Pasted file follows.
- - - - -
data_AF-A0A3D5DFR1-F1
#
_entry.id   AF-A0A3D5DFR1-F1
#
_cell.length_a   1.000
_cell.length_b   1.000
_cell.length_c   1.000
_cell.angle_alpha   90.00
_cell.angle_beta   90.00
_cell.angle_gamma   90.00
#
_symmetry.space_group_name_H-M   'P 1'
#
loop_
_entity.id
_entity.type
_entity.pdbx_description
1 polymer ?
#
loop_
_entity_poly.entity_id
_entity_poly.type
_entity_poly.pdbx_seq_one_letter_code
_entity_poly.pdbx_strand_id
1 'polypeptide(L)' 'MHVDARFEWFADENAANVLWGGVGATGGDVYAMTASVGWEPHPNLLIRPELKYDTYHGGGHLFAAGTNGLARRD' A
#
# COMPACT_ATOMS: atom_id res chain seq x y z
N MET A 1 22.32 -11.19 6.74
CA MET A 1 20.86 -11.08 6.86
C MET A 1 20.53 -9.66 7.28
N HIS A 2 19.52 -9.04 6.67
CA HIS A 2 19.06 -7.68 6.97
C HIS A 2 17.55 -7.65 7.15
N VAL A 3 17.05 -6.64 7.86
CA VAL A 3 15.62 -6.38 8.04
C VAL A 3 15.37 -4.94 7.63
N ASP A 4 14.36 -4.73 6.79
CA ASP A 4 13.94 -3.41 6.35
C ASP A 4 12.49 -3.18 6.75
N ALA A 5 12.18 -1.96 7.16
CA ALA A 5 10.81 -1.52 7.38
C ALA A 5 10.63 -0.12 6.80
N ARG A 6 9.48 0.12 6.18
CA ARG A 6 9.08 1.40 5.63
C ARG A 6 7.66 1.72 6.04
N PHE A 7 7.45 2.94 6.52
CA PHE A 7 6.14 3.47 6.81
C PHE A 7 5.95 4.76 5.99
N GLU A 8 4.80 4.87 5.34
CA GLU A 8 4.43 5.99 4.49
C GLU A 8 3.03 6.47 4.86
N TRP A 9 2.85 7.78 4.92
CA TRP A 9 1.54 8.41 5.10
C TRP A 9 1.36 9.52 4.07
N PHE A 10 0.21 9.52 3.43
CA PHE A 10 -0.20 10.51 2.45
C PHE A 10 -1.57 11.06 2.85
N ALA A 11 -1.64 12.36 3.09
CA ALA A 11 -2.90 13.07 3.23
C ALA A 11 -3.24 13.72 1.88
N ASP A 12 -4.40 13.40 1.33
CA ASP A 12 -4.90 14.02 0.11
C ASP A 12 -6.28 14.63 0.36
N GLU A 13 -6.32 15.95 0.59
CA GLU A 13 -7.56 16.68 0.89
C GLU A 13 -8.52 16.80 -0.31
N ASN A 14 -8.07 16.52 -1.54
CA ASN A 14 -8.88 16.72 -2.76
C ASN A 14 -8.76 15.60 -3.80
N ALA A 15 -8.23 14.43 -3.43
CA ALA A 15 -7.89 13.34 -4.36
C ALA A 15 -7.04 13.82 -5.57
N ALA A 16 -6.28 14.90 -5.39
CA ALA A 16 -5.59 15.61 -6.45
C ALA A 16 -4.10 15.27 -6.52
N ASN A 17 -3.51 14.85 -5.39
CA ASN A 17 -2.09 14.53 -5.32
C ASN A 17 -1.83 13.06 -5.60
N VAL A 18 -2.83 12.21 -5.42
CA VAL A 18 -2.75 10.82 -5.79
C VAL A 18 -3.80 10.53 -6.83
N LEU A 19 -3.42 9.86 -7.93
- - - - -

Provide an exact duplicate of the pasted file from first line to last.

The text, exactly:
data_AF-A0A3D5DFR1-F1
#
_entry.id   AF-A0A3D5DFR1-F1
#
_cell.length_a   1.000
_cell.length_b   1.000
_cell.length_c   1.000
_cell.angle_alpha   90.00
_cell.angle_beta   90.00
_cell.angle_gamma   90.00
#
_symmetry.space_group_name_H-M   'P 1'
#
loop_
_entity.id
_entity.type
_entity.pdbx_description
1 polymer ?
#
loop_
_entity_poly.entity_id
_entity_poly.type
_entity_poly.pdbx_seq_one_letter_code
_entity_poly.pdbx_strand_id
1 'polypeptide(L)' 'MHVDARFEWFADENAANVLWGGVGATGGDVYAMTASVGWEPHPNLLIRPELKYDTYHGGGHLFAAGTNGLARRD' A
#
# COMPACT_ATOMS: atom_id res chain seq x y z
N MET A 1 22.32 -11.19 6.74
CA MET A 1 20.86 -11.08 6.86
C MET A 1 20.53 -9.66 7.28
N HIS A 2 19.52 -9.04 6.67
CA HIS A 2 19.06 -7.68 6.97
C HIS A 2 17.55 -7.65 7.15
N VAL A 3 17.05 -6.64 7.86
CA VAL A 3 15.62 -6.38 8.04
C VAL A 3 15.37 -4.94 7.63
N ASP A 4 14.36 -4.73 6.79
CA ASP A 4 13.94 -3.41 6.35
C ASP A 4 12.49 -3.18 6.75
N ALA A 5 12.18 -1.96 7.16
CA ALA A 5 10.81 -1.52 7.38
C ALA A 5 10.63 -0.12 6.80
N ARG A 6 9.48 0.12 6.18
CA ARG A 6 9.08 1.40 5.63
C ARG A 6 7.66 1.72 6.04
N PHE A 7 7.45 2.94 6.52
CA PHE A 7 6.14 3.47 6.81
C PHE A 7 5.95 4.76 5.99
N GLU A 8 4.80 4.87 5.34
CA GLU A 8 4.43 5.99 4.49
C GLU A 8 3.03 6.47 4.86
N TRP A 9 2.85 7.78 4.92
CA TRP A 9 1.54 8.41 5.10
C TRP A 9 1.36 9.52 4.07
N PHE A 10 0.21 9.52 3.43
CA PHE A 10 -0.20 10.51 2.45
C PHE A 10 -1.57 11.06 2.85
N ALA A 11 -1.64 12.36 3.09
CA ALA A 11 -2.90 13.07 3.23
C ALA A 11 -3.24 13.72 1.88
N ASP A 12 -4.40 13.40 1.33
CA ASP A 12 -4.90 14.02 0.11
C ASP A 12 -6.28 14.63 0.36
N GLU A 13 -6.32 15.95 0.59
CA GLU A 13 -7.56 16.68 0.89
C GLU A 13 -8.52 16.80 -0.31
N ASN A 14 -8.07 16.52 -1.54
CA ASN A 14 -8.88 16.72 -2.76
C ASN A 14 -8.76 15.60 -3.80
N ALA A 15 -8.23 14.43 -3.43
CA ALA A 15 -7.89 13.34 -4.36
C ALA A 15 -7.04 13.82 -5.57
N ALA A 16 -6.28 14.90 -5.39
CA ALA A 16 -5.59 15.61 -6.45
C ALA A 16 -4.10 15.27 -6.52
N ASN A 17 -3.51 14.85 -5.39
CA ASN A 17 -2.09 14.53 -5.32
C ASN A 17 -1.83 13.06 -5.60
N VAL A 18 -2.83 12.21 -5.42
CA VAL A 18 -2.75 10.82 -5.79
C VAL A 18 -3.80 10.53 -6.83
N LEU A 19 -3.42 9.86 -7.93